Meeting and connecting with classmates are a huge part of college life, but during my first semester at Penn State World Campus, there was little opportunity to interact with my fellow students apart from online discussions. There was none of the chitchatting, talking shop, or comparing notes that happens in real life. I definitely felt FOMO! So I looked around, and since then have found several ways to virtually “meet and greet” my peers online, which I’d like to share with you.
Join a club or organization
One of the first things I did was join the World Campus Student Government Association (WCSGA). I ran for Technology Chair and have been serving for the past year and a half. I’ve met students, faculty, and administrators that have connected me to the Penn State culture. I’ve also learned how student government works and had a say on initiatives that benefit students. In addition to WCSGA, there are many World Campus clubs and organizations you can join to help you get more of the Penn State experience.
Attend virtual and/or in-person events
Last September, I attended the World Campus Student Leadership Conference, which was a 2-day, hybrid (in-person and virtual) event at University Park. There were lots of educational workshops to choose from, and I got to meet face-to-face with colleagues that until then I had only known through Zoom. That weekend, I was one of a few students that represented their campuses at the All-University Day football game, and we all marched on the football field during half-time. Huge thrill! To find out about upcoming World Campus happenings, visit the Events Calendar.
Take advantage of free collaboration tools
Another way I’ve gotten to know my fellow World Campus students is through the text messaging app GroupMe. In my second semester, I joined one group for my program (MPS in Strategic Communications), and since then have joined or started others for each individual class I’ve taken. There are conversations going on every day, and I can jump in if I have something to say or just want to see what others are talking about. You can give tips on classes you’ve already taken or check if others can help you with questions you have. You can also find support if you’re frustrated and just need to vent. If your class doesn’t have a GroupMe yet, it’s super easy to start one and invite your classmates.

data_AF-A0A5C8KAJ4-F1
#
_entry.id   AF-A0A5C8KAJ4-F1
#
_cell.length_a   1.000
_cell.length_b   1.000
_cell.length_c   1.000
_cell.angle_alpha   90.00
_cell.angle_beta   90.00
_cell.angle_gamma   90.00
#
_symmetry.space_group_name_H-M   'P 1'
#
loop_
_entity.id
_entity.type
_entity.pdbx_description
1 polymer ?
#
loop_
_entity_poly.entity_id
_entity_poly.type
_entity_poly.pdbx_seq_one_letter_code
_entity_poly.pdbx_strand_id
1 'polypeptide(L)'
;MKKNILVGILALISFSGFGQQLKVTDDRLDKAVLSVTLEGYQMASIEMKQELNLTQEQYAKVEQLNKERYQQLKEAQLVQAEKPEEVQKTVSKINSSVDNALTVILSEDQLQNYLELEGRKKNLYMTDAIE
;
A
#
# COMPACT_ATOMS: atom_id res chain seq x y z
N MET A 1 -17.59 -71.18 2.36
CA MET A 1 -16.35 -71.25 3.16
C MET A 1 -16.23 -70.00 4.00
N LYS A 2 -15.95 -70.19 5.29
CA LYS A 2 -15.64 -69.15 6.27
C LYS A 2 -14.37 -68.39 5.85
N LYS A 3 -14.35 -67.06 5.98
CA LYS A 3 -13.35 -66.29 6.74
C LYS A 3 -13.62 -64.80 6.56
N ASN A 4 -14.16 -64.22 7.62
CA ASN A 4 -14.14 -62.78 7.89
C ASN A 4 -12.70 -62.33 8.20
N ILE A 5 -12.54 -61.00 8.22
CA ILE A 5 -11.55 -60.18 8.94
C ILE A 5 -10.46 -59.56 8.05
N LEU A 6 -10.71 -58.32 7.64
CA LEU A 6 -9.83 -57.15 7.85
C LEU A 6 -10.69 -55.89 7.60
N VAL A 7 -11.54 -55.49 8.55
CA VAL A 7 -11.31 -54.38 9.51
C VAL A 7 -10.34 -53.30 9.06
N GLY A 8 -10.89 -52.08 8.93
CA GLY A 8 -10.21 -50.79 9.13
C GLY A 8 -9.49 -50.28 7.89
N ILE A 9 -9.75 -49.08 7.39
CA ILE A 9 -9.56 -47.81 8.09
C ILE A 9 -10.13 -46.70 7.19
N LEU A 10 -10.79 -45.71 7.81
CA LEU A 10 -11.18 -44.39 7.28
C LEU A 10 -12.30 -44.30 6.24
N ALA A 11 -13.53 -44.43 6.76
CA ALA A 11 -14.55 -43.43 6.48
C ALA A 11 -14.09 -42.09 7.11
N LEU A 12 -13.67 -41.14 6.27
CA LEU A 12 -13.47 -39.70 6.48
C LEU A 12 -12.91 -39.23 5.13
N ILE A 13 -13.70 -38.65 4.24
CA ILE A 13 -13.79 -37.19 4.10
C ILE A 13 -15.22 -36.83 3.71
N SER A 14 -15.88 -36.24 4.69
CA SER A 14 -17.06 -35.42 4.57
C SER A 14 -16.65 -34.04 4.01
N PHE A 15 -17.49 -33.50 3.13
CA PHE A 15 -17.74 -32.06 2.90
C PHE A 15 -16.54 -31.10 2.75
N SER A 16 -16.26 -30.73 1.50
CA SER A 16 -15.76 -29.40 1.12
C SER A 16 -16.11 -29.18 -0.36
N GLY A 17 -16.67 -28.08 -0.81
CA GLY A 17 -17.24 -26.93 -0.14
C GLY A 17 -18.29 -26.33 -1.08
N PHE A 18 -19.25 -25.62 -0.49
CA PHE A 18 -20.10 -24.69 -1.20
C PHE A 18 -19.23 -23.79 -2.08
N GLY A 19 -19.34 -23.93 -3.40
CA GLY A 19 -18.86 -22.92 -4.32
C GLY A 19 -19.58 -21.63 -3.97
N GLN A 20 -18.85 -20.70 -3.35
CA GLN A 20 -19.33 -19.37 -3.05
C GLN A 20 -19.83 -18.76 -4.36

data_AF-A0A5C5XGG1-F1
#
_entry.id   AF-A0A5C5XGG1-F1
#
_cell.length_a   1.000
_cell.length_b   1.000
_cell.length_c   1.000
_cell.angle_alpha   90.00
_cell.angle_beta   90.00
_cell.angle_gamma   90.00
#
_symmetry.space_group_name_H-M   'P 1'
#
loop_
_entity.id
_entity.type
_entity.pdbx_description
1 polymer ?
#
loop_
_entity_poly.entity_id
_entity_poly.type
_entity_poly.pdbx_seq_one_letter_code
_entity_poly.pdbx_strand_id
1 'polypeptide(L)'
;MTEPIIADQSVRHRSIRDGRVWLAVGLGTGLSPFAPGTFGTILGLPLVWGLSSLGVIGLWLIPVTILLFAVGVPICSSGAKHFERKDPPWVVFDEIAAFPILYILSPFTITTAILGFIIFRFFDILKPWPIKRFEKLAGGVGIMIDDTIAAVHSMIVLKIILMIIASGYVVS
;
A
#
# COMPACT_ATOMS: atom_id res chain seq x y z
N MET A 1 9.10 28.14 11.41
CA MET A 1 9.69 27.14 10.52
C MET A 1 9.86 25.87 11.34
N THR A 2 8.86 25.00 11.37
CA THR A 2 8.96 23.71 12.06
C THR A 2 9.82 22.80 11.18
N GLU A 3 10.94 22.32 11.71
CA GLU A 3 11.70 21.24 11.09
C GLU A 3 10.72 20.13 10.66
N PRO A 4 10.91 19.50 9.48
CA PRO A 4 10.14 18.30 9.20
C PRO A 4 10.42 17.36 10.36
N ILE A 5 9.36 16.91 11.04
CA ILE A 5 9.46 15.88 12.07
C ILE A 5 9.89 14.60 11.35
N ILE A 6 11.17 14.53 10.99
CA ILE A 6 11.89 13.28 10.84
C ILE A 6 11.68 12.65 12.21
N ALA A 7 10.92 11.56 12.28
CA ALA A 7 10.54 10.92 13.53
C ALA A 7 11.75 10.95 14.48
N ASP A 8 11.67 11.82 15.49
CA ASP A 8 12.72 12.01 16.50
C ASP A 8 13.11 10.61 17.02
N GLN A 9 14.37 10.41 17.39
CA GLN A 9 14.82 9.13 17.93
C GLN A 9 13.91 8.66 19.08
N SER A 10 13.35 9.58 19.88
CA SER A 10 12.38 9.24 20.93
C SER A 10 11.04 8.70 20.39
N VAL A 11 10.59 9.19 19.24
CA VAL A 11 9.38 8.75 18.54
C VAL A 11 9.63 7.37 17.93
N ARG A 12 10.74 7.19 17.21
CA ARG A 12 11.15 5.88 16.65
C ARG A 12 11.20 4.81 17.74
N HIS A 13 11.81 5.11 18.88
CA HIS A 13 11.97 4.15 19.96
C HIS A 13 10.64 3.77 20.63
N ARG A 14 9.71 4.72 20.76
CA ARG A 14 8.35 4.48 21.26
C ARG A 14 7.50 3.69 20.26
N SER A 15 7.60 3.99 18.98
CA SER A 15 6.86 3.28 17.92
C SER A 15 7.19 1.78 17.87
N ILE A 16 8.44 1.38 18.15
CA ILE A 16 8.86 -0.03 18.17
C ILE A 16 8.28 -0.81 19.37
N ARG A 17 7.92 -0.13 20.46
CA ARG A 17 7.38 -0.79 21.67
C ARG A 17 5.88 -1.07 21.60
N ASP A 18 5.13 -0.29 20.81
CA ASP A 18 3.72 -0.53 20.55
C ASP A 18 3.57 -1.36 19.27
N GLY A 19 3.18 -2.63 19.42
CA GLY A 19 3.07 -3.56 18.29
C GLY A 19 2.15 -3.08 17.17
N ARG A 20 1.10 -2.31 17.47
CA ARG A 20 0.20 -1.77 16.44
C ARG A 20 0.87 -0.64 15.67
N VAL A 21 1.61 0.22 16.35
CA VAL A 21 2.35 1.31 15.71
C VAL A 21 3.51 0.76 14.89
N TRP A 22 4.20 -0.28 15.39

Here’s what some of my fellow WCSGA members use to stay connected online:
“I typically use Discord to communicate with my classmates. At the start of most of my classes, I will go and create a Discord Server — which is essentially a big chat room — and send the join link to my classmates via Canvas Inbox. I find Discord the most practical because it’s pretty user-friendly, and you can create different ‘chat rooms’ inside of your ultimate server/chat room to keep files more organized! I have also used Teams, WhatsApp, and GroupMe as other means of communication with my classmates throughout my journey at Penn State so far!” — Nicole K.
“So far, I have mainly used GroupMe to communicate with classmates. My Spanish group decided to use GroupMe last semester for coordinating study sessions and group projects, and it was very helpful! It’s an easy app to use overall, from setting up new groups to participating in multiple groups at once. I would definitely recommend GroupMe to other students, and I will likely use it again myself this semester for communication with classmates.” — Mollie G.
“Zoom has actually been the most valuable go-to collaboration tool in my courses. It’s a tool that is already widely used in my program for formal project presentations and events, and so everyone is already very familiar with it. In group projects, we tend to coordinate over Canvas or email for scheduling meeting times and then jump on Zoom to get to work. The screen sharing, multiple options for joining from different devices, and just the ease of creating meeting links and calendar invites makes it easy.” — Matt H.
“I use WhatsApp, Teams, GroupMe, and Discord. I have found my favorite is WhatsApp because it is easier for me to use. I am learning how to use Discord, but it is a bit confusing, although it seems easier to organize different sub-groups into a main group. I am glad that we can utilize apps like these; otherwise, I would have nonstop text messages and emails.” — Ariel H.
Connecting with fellow students is a way to grow our professional networks, get better grades, and build camaraderie. Go out and get to know some wonderful people today!
- Blog Post: 9 Tech Tips to Supercharge Your Productivity — learn about tech tools that can help you get more accomplished
- Infographic: How to Run for Student Government Office — review the steps involved for those interested in seeking a student leadership role